TM2 – Back from the smoke break (a note on consumerism)

Back from the smoke break:

If you are one of the many who kept using TextMate over the past few dim and hazy years, even if you don’t find the alpha usable yet its mere existence is fantastic news. It’s a pretty good sign that—despite all the cynicism from jerks like me—the thing’s actually going to be released. It’s missing features and has some performance issues, but hey, it’s an alpha.

[It’s been interesting, no doubt. But even as I was tweaking Mark Hurst about his “works just fine” monitor, I admit that for the most part the original TextMate was working just fine for most things. BBEdit gets used for certain situations still, and in some ways always feels like home. Either way, the “it’s not new” syndrome is a problem from my perspective because I feel like that model is broken. I’m not alone, Patagonia (the clothing company) is getting a lot of press about their recent ad telling you to “not buy this jacket” and explaining why. So while it was fun to poke at Mark about his monitor, as he said, it’s working for him just fine. And while a new monitor might use less energy (as I teased), and Mark will no doubt give away the old one working or not, I can’t make the case that more energy overall would not be used in the creation of the new monitor. He’s doing the right thing. When it comes to software the model has shifted. Adding features used to be considered a good thing. Now it’s not that simple (no pun intended). And sometimes the best “new” feature is the one that causes the rethinking of all the old features. But that’s a topic for a different day.]
Source: Coyote Tracks

Steve Jobs and Rudy Van Gelder as Trustees Award honorees

Lifetime Achievement Award |

“This year’s honorees offer a variety of brilliance, contributions and lasting impressions on our culture,” said President/CEO of The Recording Academy Neil Portnow. “It is an honor to recognize such a diverse group of individuals whose talents and achievements have had an indelible impact on our industry.”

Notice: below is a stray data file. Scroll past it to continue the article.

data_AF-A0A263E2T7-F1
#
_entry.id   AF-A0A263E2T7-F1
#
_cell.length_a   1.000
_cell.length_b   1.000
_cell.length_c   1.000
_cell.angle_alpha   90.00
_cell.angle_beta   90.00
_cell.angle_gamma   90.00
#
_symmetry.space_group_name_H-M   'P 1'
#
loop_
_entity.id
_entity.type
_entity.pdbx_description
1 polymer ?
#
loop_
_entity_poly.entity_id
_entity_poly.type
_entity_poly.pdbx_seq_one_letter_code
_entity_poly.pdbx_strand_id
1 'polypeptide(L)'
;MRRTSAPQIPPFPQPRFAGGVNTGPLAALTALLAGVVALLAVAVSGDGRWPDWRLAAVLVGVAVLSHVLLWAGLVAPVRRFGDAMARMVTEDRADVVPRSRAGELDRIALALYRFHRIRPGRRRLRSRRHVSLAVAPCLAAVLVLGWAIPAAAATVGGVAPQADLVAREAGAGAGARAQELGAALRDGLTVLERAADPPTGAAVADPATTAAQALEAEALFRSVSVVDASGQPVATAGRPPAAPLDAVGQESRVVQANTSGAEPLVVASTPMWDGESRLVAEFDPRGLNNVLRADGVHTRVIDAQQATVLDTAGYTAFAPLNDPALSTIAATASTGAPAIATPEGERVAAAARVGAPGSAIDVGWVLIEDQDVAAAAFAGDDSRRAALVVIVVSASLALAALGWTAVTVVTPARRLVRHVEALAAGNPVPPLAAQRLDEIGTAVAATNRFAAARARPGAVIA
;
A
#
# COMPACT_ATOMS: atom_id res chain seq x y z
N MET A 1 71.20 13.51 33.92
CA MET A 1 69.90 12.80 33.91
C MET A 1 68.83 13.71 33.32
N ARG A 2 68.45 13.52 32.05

The Lifetime Achievement Award honors performers who have made contributions of outstanding artistic significance to the field of recording while the Trustees Award recognizes such contributions in areas other than performance. Both awards are determined by vote of The Recording Academy’s National Board of Trustees. Technical GRAMMY Award recipients are determined by vote of The Academy’s Producers & Engineers Wing Advisory Council and Chapter Committees as well as The Academy’s Trustees. The award is presented to individuals and companies who have made contributions of outstanding technical significance to the recording field.

[Are the Grammys jumping on the bandwagon or is this well deserved?]

How SOPA Will Destroy The Internet

How SOPA Will Destroy The Internet » – Happenings and observations:

If this becomes law, it’s a short stretch from SOPA to NODA (No Online Dissent Anywhere) and if you think I’m a nutcase for saying so, I’d like to remind everybody what happened just over a year ago, when US politicians were tripping over themselves to shut down wikileaks (a royal fiasco in which this company was embroiled) and to this day, they have not been charged with a crime anywhere.

Many of the “dirty tricks” employed against Wikileaks would be enshrined on law under SOPA (and someday, NODA):

A requirement that service providers block access to offending domains, including that they stop resolving their DNS
Search engines to purge search results for offending domains
Payment processors to sever ties to offending domains
And they added an extra provision that it will be an offense to knowingly create a service or system to provide a workaround to a banned domain or host. So for example, they would no longer have to hassle Mozilla to remove that firefox plugin that let’s you reach ICE blocked websites, it would be illegal to make it or distribute it.

[snip… emphasis below is mine -Ed.]

Already we get business from companies whose stated corporate IT policy is to not use US based servers to hold email or route web traffic. I’m not talking about torrent hosts, whistleblowers and fake Rolex vendors. We’re talking large enterprise entities whose legal departments find even the theoretical legal ability for Homeland Security to monitor their corporate communications simply intolerable.

[Land of the free eh? Don’t stand on the sidelines for this one. Disclosure: I use easydns to host domains.]